CALDECOTT: One of my favorite concepts to teach young readers is that certain books are quite simply regarded as ‘the best’. How can you tell which ones? Well, just look for that round shiny little sticker embossed with the words, Caldecott Medal, on the front of your picture books. Caldecott’s are awarded by the American Library Association for best pictures in a children’s book. Snow, by Uri Shulevitz is just one example of the many wonderful Caldecott nominees, (and a very timely read considering this weather). Why introduce your child to award winning books? Consider the many award winning lists they can read off of as an adult. Perhaps they want to read a Pulitzer, or a Booker Award, or a New York Times Bestseller. Making these connections early on sets your child up for a life long love of reading.
What are the home learning connections? Loving books is the largest factor in what type of reader your child will become. Opinions about what they read matter. Your child should be allowed to discuss their opinion on various books. It’s ok to not like a book! On the flip side, your child can start noticing characteristics of books they do like. Are they funny? Are they superhero books? Books about animals? Start by creating your own award that you can bestow on your child’s favorite books. In the past I have had children come up with a name for the award and draw a picture representing the award. You can scan it onto your computer and print it out on sticky labels. At the end of the week your child can decide what is the best book they read that week. Have your child place the sticker on the front of the book. Just like a Caldecott! You can always find a special basket to store these books in.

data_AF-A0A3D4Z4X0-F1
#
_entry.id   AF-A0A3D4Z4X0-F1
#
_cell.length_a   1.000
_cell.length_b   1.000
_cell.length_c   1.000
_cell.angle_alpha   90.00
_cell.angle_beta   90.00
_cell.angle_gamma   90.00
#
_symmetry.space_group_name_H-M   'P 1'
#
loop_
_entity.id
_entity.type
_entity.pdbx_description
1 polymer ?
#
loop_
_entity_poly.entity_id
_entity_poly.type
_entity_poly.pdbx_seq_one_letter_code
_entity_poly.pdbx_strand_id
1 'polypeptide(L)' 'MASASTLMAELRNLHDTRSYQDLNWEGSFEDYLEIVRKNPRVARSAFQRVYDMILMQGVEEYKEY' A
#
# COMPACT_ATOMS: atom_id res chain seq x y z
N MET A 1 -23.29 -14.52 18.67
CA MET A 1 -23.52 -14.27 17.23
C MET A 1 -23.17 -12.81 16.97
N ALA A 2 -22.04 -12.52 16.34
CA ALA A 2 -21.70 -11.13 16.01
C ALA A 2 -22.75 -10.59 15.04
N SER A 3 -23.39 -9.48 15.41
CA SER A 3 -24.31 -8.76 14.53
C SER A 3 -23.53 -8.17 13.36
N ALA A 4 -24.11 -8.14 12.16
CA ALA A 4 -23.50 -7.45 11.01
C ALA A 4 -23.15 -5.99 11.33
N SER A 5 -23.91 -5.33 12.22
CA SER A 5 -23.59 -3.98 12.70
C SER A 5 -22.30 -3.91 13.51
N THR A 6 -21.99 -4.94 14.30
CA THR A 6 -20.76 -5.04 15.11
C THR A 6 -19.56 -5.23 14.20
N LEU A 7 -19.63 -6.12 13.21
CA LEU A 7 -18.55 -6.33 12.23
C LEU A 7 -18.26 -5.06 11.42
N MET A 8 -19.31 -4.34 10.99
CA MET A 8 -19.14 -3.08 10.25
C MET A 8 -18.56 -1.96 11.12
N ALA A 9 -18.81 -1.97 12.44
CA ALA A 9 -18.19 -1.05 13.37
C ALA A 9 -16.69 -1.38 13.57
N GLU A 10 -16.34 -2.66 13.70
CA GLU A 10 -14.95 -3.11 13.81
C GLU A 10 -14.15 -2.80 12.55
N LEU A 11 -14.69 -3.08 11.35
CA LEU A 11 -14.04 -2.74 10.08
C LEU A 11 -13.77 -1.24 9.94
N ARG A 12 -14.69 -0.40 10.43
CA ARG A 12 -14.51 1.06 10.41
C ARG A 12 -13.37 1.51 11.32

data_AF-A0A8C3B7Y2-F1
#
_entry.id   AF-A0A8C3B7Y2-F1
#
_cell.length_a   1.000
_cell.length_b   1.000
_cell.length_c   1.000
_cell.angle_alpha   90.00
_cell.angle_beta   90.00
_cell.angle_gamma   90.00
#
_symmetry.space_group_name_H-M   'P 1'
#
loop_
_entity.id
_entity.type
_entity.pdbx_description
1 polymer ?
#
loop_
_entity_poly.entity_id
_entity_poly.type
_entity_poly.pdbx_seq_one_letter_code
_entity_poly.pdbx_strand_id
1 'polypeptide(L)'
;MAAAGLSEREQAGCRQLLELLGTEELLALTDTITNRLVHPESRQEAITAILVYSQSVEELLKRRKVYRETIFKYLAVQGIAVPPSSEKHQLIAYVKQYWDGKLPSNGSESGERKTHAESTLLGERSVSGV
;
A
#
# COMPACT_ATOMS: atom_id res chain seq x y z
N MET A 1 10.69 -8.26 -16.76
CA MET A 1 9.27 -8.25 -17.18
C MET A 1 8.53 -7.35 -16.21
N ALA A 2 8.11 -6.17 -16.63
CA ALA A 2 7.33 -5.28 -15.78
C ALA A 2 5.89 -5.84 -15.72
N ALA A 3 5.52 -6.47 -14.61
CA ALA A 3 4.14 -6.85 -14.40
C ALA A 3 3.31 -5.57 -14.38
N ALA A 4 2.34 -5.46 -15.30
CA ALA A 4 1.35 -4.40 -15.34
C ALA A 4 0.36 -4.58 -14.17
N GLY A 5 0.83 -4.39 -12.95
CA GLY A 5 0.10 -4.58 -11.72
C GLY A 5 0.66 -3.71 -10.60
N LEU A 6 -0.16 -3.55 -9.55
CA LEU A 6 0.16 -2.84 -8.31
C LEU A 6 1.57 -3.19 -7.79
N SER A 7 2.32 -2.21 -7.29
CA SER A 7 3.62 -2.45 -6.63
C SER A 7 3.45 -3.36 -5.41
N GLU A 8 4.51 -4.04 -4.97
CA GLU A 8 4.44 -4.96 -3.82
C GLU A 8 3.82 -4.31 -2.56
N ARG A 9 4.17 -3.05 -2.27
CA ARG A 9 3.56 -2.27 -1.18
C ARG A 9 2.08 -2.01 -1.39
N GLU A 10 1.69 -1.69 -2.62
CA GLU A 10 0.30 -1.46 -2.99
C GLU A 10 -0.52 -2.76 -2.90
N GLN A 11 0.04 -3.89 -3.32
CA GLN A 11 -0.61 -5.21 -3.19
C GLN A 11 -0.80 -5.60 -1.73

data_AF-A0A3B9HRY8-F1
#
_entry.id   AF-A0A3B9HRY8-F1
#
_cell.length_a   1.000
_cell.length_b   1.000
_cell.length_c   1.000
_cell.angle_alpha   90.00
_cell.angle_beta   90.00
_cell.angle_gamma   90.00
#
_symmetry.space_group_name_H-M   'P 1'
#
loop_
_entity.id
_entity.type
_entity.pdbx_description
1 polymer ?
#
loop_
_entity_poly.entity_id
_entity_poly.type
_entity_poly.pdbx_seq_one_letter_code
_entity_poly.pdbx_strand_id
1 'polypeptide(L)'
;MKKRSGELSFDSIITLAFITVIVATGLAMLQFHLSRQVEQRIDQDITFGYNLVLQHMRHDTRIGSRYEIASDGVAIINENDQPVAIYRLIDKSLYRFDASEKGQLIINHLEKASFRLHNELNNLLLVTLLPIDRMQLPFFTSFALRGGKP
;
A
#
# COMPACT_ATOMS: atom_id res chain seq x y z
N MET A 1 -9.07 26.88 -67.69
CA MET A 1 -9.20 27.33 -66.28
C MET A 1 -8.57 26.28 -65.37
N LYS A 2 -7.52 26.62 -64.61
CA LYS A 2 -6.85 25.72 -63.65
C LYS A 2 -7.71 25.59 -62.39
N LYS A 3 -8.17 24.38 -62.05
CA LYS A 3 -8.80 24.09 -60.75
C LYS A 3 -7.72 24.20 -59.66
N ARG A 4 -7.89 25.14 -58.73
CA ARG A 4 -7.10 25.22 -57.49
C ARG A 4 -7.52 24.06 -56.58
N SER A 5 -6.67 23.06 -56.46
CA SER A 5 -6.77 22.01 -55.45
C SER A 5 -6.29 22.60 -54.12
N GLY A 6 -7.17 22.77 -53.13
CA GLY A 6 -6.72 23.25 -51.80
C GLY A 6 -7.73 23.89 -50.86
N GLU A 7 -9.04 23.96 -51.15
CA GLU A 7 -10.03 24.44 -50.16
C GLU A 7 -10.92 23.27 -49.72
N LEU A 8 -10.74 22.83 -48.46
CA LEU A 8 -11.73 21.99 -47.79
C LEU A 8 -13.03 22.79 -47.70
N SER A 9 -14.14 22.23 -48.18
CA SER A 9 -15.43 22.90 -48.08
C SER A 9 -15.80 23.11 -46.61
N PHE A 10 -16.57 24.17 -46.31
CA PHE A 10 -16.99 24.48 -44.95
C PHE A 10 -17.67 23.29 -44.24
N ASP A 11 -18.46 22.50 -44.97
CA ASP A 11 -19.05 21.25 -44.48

As always, push your child to expand on their thinking. Do not let them just say, ‘because I like it’. Ask why. What was their favorite part? What was the silliest part? Did it remind them of anything in their own life? Always, always, ask for the because.
Do a scavenger hunt for Caldecott books on your next trip to the library. Happy hunting!
Other children’s books awards to keep an eye out for.
• Coretta Scott King Award • Ezra Jack Keats Award • Geisel (Dr. Seuss) Award